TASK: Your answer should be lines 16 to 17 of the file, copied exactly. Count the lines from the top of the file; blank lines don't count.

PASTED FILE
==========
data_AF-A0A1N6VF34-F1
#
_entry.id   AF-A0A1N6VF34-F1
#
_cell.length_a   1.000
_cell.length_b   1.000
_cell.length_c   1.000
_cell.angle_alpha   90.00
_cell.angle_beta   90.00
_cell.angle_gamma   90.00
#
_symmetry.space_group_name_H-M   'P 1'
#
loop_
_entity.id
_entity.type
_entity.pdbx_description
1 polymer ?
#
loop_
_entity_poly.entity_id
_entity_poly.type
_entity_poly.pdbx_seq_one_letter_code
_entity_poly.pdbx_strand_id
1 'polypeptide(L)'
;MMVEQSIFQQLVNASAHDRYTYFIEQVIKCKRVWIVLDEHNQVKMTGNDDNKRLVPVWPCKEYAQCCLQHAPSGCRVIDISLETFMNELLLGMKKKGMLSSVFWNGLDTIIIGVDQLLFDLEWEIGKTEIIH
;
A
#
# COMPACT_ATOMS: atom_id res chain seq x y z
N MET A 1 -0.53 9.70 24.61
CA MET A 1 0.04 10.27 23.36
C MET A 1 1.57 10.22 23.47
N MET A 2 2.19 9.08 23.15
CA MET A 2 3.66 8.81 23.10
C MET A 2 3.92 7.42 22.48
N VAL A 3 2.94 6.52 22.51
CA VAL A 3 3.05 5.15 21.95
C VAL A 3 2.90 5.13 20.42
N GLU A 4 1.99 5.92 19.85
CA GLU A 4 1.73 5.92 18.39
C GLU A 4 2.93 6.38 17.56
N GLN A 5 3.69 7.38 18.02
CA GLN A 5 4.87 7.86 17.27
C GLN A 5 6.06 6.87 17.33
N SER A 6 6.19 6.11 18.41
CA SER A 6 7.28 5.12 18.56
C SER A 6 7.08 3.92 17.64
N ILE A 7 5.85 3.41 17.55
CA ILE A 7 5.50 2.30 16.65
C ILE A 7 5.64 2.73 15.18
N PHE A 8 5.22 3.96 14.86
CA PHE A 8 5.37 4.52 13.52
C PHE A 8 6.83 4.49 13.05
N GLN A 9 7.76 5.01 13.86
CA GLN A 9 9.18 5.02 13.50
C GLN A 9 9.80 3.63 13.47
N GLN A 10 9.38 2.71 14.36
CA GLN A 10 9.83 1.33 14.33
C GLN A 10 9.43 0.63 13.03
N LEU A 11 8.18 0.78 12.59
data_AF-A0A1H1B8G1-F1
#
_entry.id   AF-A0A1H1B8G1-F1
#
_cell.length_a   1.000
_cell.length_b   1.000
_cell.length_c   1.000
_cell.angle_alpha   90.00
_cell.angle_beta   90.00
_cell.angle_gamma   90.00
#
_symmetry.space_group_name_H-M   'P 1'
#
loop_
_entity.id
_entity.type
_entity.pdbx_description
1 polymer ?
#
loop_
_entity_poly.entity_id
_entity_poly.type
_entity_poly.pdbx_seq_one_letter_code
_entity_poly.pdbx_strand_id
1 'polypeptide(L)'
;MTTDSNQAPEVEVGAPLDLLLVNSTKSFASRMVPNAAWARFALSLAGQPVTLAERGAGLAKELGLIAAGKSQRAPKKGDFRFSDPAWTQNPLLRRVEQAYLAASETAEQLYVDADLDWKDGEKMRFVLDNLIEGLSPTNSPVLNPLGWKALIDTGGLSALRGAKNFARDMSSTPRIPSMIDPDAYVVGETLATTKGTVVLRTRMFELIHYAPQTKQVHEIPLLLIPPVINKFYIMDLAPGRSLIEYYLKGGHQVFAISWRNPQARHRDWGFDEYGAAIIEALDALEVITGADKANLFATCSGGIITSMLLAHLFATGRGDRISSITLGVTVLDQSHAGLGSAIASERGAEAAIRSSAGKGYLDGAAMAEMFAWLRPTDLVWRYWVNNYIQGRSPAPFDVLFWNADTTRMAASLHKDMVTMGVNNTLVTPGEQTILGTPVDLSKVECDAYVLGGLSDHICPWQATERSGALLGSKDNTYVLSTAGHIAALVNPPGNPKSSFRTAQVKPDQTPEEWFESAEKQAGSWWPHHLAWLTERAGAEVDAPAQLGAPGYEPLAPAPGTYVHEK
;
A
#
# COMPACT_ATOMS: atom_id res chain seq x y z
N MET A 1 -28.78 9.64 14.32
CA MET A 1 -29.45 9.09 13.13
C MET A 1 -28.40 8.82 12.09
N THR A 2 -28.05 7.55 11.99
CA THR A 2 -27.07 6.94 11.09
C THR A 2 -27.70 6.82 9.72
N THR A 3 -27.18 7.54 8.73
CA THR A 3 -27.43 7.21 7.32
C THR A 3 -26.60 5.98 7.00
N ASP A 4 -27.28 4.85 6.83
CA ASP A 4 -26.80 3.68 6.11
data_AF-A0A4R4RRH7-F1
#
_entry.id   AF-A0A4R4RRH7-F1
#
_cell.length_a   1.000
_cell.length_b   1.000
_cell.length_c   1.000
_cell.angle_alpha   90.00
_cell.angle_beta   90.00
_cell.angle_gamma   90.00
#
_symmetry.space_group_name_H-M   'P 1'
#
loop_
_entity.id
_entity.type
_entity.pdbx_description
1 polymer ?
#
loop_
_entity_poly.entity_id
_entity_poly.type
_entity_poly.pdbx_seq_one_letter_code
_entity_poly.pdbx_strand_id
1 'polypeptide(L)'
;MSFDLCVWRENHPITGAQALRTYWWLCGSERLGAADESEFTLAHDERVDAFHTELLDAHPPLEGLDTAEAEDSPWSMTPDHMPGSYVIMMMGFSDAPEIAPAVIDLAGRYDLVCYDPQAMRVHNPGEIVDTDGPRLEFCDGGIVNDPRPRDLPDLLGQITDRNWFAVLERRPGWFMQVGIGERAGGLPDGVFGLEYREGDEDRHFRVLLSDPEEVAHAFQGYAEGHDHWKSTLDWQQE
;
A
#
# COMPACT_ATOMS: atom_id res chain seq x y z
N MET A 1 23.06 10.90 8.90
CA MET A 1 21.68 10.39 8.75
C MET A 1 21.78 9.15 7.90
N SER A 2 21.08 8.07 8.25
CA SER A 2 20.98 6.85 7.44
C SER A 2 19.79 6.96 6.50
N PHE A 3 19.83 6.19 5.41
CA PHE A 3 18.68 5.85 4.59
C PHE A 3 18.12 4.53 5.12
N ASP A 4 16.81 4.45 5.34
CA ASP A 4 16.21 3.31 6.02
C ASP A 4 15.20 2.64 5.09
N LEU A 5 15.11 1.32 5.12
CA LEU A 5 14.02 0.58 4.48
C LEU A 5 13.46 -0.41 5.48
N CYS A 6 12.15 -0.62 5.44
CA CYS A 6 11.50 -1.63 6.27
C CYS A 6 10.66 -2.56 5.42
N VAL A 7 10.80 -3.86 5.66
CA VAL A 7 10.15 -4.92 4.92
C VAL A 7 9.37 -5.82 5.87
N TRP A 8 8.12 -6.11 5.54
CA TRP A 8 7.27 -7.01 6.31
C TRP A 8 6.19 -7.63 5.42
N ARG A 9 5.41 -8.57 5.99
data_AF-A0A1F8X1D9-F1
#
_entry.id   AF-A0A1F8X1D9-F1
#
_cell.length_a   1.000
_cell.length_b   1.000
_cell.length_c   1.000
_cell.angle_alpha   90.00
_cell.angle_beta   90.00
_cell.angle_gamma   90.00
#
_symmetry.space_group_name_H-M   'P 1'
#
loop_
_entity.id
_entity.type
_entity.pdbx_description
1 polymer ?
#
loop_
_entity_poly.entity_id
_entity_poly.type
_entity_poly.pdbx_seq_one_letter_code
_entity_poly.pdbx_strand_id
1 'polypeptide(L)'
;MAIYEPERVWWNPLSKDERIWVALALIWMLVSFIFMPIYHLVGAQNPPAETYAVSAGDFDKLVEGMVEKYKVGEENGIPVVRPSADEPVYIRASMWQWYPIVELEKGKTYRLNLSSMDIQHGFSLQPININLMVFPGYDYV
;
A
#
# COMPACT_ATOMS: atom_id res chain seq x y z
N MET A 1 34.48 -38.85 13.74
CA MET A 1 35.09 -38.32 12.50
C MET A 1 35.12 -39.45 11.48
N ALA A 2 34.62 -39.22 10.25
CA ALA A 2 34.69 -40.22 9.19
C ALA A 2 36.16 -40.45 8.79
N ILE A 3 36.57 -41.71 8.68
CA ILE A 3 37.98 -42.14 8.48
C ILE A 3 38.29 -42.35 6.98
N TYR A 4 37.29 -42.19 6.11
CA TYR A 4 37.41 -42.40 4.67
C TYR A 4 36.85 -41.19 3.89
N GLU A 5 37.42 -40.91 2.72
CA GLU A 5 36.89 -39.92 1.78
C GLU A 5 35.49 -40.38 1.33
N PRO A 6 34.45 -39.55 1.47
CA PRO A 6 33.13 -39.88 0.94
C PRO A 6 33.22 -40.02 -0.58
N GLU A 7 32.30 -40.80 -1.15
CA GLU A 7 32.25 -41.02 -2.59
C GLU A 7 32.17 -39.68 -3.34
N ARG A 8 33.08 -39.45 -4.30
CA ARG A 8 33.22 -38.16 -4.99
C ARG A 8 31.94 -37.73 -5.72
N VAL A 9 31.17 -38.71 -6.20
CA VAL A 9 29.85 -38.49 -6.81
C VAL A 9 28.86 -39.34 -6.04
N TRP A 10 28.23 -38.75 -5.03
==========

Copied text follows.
_entity.type
_entity.pdbx_description